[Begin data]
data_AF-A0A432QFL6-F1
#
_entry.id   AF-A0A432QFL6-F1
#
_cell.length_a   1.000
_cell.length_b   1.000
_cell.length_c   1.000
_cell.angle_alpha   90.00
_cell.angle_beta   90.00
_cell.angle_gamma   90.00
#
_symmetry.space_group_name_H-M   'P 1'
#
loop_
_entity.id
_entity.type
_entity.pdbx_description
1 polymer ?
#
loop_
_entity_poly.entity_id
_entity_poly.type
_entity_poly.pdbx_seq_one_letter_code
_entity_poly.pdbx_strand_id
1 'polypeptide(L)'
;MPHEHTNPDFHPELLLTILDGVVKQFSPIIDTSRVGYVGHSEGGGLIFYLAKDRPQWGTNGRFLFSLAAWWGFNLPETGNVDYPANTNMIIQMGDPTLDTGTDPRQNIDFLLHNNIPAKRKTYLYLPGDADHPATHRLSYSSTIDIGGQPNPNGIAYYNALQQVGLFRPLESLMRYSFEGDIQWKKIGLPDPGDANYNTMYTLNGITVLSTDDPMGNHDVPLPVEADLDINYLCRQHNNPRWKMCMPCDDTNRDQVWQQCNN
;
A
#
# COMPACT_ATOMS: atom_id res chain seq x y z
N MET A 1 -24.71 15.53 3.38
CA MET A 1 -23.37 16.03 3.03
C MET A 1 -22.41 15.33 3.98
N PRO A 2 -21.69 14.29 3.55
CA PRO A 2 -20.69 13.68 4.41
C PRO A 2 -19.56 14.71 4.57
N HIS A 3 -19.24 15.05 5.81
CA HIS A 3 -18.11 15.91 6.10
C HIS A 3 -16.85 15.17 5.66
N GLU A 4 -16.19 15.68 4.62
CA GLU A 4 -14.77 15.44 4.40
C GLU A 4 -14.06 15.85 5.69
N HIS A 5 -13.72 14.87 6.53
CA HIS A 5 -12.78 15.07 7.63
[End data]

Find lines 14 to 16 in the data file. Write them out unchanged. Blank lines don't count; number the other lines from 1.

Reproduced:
loop_
_entity.id
_entity.type